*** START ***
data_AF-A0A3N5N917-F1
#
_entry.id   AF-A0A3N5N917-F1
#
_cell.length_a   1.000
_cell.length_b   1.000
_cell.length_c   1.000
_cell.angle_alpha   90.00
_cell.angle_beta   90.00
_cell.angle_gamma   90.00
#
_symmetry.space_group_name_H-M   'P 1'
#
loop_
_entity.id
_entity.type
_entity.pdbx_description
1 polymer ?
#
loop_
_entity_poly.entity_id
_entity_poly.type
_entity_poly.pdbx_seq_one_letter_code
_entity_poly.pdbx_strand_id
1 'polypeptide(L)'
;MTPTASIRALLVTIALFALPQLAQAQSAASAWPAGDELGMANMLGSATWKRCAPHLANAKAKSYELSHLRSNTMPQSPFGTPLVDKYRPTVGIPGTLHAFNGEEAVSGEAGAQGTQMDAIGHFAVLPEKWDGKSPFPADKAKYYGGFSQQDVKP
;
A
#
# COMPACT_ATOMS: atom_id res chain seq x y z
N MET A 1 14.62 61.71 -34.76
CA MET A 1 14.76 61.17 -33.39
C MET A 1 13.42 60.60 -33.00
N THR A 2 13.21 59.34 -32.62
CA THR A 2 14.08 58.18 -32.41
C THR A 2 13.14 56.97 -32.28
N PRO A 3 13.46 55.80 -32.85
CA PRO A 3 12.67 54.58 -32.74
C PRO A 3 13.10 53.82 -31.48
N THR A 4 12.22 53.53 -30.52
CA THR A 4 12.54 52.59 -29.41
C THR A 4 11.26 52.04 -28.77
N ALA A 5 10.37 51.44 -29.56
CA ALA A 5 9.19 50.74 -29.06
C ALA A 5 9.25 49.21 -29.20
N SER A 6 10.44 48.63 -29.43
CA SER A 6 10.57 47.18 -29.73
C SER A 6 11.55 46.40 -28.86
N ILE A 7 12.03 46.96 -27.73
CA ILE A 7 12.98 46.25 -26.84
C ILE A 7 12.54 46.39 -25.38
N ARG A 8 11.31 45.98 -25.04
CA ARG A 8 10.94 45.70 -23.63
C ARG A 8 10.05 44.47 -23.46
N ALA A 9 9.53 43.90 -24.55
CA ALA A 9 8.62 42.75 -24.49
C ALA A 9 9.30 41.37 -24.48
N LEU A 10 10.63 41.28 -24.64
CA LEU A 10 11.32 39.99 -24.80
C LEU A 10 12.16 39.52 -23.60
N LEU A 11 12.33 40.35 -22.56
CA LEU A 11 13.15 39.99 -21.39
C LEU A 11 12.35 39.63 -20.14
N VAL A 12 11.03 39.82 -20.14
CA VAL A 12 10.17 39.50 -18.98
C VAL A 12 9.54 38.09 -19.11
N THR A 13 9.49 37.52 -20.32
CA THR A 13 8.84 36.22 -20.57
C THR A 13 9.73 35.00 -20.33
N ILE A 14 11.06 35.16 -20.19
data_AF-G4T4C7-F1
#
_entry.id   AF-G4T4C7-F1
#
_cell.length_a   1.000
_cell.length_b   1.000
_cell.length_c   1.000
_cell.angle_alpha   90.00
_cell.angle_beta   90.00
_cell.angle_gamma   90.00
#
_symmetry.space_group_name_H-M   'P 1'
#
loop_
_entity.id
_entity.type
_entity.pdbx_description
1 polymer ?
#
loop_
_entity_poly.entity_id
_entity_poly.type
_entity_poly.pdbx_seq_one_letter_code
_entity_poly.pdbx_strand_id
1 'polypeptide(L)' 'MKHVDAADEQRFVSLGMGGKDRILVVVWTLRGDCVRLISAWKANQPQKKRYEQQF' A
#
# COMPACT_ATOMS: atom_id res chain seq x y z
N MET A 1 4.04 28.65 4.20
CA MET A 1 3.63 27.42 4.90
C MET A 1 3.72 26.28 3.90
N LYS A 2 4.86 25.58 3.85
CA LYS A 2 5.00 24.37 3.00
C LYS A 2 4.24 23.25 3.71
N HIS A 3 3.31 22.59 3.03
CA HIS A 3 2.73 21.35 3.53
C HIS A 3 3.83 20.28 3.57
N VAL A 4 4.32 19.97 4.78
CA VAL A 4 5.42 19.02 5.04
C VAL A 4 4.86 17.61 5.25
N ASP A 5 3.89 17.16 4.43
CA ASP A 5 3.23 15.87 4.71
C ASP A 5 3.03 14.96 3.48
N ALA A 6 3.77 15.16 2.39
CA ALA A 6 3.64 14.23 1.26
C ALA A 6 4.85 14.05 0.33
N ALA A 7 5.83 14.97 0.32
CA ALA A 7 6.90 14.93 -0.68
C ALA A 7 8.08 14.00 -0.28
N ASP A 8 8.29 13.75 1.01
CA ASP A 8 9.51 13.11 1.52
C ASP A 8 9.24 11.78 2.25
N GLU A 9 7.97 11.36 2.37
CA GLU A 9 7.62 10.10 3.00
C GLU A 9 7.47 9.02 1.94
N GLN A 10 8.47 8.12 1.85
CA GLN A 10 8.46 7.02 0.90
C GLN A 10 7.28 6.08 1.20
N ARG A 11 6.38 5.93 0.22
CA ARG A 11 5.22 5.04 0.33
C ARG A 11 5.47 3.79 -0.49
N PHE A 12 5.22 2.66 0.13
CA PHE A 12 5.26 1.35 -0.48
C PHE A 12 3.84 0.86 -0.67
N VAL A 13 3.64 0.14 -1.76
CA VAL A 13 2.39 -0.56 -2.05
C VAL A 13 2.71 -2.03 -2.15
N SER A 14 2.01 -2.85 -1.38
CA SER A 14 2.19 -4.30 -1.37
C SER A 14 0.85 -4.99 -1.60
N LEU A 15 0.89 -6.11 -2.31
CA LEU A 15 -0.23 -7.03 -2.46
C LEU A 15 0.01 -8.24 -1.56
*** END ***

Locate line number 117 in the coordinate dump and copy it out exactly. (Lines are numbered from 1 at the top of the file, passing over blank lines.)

CA ALA A 7 6.90 14.93 -0.68